As our anthropologist daughter likes to point out, the world is full of fascinating cultures. Some tattoo their bodies, other pierce their noses, and still others hang large earrings in their ear lobes (ours seems to do all of the above). Some are completely vegetarian while others survive solely on animal products. But one trait they all have in common is some version of courtship and marriage.
As I’m sure you know, Valentine’s Day is almost here. Last year during the week leading up to this most romantic of holidays, I wrote two blog posts—one for singles, and one for those in a relationship. This year I thought I’d offer some encouragement to those of you who are interested in someone but need a little inspiration on what to do next.
Among the Hmong
For example… the Hmong people of Laos signal their interest to a member of the opposite sex by throwing balls at one another. Seriously. Known as pov pob, this flirting game goes on during the Hmong New Year celebration (held in the fall according to a lunar calendar and the end of the rice harvest).
Singles of both sex wear their best outfits, decorated with embroidery, pieces of silver, and other ornaments. A potential Romeo will toss a fabric ball (American emigrants use tennis balls) to a girl he finds attractive. If she decides she’s interested, she catches the ball with one hand, then throws it back. If she’s not impressed, she drops it. And if a catcher misses a ball by accident, a token from their outfit is given to the opposite player. The clumsy receiver must sing traditional courting songs to get it back. That’s one way to break the ice!
Tossing a ball at someone requires a little chutzpa. What if they drop it? What if they have no idea what you’re doing? If you’re too shy to flirt like the Hmong, how about hiring someone to be your go-between?
Lots of cultures use matchmakers to keep everything aboveboard and proper. Hiring someone also lets you avoid the awkwardness of expressing your feelings in person. Matchmaking in Jewish society is perhaps the most familiar to us westerners—remember Yente in Fiddler on the Roof?
Hangin’ with the Xhosa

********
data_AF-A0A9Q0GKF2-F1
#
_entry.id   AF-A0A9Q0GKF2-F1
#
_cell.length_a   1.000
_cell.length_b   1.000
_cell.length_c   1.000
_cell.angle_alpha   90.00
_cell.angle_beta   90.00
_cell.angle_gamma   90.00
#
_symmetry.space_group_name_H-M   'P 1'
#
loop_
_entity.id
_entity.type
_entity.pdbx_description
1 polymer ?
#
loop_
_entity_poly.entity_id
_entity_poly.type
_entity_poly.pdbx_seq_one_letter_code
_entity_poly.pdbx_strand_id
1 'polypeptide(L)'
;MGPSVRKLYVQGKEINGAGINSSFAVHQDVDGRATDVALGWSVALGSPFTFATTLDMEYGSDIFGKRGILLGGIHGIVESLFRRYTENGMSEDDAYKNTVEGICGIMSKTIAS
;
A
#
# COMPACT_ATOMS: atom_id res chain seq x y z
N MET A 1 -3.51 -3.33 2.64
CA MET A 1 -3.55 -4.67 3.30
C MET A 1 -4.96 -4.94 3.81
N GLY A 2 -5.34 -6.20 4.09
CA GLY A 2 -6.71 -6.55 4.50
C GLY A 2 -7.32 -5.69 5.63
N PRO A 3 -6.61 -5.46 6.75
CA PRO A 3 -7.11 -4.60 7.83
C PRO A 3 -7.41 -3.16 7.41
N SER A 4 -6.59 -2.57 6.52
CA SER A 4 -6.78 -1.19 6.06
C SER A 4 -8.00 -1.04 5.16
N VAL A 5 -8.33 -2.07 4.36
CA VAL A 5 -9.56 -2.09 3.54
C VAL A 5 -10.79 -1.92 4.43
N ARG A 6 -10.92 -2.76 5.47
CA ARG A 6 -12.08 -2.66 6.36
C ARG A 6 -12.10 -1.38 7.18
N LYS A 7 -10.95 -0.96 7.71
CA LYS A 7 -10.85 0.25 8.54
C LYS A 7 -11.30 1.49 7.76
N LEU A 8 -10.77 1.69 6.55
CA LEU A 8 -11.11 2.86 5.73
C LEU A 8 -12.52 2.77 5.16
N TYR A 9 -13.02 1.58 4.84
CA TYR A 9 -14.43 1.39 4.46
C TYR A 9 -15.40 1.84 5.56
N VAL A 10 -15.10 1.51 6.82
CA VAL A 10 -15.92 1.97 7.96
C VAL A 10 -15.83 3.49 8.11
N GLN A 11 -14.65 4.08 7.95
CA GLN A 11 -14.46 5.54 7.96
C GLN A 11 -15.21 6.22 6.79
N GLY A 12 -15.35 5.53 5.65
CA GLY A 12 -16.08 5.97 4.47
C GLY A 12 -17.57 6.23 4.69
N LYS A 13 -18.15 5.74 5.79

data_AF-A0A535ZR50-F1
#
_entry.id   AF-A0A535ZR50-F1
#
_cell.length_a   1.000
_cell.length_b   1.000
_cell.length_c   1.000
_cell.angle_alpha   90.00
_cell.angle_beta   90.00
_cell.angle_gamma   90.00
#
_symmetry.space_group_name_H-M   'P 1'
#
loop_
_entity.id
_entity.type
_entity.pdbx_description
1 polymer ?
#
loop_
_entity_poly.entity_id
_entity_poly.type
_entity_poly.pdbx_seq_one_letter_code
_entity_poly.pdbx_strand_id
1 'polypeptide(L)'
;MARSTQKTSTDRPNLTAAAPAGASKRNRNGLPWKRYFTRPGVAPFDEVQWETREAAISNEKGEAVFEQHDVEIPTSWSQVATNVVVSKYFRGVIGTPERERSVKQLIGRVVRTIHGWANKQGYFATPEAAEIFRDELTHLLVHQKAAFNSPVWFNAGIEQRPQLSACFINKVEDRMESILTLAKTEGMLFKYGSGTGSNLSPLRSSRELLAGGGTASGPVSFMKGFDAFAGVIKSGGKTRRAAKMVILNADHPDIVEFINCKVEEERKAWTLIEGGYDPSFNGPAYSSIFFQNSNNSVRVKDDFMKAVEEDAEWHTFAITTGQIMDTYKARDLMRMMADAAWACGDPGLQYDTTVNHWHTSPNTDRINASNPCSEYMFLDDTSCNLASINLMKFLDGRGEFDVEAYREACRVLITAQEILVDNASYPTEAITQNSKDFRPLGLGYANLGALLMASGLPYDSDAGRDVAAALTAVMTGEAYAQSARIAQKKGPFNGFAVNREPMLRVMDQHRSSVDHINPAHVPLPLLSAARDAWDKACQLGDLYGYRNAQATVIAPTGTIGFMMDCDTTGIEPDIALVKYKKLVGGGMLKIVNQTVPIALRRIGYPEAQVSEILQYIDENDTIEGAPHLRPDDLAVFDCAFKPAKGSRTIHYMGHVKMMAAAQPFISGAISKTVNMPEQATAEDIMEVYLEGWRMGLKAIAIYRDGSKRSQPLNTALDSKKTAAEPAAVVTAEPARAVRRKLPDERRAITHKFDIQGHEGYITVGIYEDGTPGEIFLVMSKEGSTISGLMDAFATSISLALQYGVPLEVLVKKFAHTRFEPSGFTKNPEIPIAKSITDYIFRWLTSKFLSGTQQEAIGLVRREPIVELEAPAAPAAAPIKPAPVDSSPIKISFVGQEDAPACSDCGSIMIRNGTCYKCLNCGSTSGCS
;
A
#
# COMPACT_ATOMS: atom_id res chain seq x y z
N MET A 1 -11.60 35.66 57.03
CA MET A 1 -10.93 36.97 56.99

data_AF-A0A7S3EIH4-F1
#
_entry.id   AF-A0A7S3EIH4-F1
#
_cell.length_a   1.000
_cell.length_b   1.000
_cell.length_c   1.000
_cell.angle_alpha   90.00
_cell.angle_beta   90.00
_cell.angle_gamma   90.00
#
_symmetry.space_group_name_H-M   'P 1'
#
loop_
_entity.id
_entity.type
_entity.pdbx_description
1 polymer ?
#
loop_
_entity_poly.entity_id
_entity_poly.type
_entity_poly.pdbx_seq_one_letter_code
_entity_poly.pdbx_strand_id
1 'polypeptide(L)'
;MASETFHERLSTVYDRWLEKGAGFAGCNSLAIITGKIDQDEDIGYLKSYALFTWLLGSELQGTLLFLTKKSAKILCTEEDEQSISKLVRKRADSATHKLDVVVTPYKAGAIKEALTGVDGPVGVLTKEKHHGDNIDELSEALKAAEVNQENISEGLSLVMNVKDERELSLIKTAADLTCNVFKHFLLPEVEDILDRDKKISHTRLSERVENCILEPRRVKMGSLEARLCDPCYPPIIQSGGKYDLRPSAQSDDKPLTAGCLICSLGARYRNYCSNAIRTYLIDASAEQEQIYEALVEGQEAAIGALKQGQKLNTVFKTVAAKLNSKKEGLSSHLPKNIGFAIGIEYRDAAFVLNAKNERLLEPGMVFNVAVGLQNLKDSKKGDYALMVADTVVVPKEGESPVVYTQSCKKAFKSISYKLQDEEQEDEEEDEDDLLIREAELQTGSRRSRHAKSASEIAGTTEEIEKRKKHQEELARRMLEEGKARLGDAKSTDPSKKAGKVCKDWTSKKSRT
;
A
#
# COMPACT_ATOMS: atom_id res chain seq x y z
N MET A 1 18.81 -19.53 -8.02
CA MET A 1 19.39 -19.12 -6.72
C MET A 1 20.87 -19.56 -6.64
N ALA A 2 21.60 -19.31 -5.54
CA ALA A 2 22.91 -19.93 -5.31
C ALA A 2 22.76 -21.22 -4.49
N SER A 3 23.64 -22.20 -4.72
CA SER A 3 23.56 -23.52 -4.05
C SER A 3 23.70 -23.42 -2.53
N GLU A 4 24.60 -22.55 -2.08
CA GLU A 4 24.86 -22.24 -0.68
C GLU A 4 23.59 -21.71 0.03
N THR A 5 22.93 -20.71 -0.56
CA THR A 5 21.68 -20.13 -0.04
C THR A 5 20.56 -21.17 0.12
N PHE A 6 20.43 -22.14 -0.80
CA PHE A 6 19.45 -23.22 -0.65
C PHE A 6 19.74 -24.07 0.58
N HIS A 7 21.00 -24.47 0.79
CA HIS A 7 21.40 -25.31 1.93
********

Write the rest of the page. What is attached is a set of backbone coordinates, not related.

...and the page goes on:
Consider the Xhosa of southeast Africa. Traditionally, there was limited contact and courtship between a young man and woman who liked each other. Times have changed, but it’s still the extended families, not the couple, who work together to negotiate the “lobola” or bride price. When an agreement is reached, it’s often celebrated with a bottle of brandy, perhaps to smooth over any hurt feelings. In the past, when everything was arranged, the man would simply come and carry off his bride! These days western weddings are popular. The lobola is used to underwrite the wedding expenses and to help the new couple set up housekeeping.
Loving Like the Ilonggo
Or, you could copy the Ilonggo of the central Philippines. Once a young man decides on The One, his family hires a go-between (known as a kagon) to determine whether the girl is eligible for marriage. If the inquiry gets a green light, the boy’s family (plus the kagon) all arrange to show up on the girl’s doorstep laden with food and drinks. During the ensuing party, the bride price is negotiated. Traditionally, that included land, gold and slaves. I love the fact that the mother receives part of this payment as compensation for all those sleepless nights she endured when the girl was a baby.
But what if the hopeful suitor didn’t have land, gold, or slaves? In that case, he could work for his bride. For several months, or up to a year, he chopped firewood, hauled water, did household chores, and cared for the livestock. (I think we missed a great opportunity with our two sons-in-law!)
So, you’d rather do it yourself after all? Well, there are plenty of websites to offer advice. Or you can just stay home and watch this spot-on YouTube video about romantic comedies.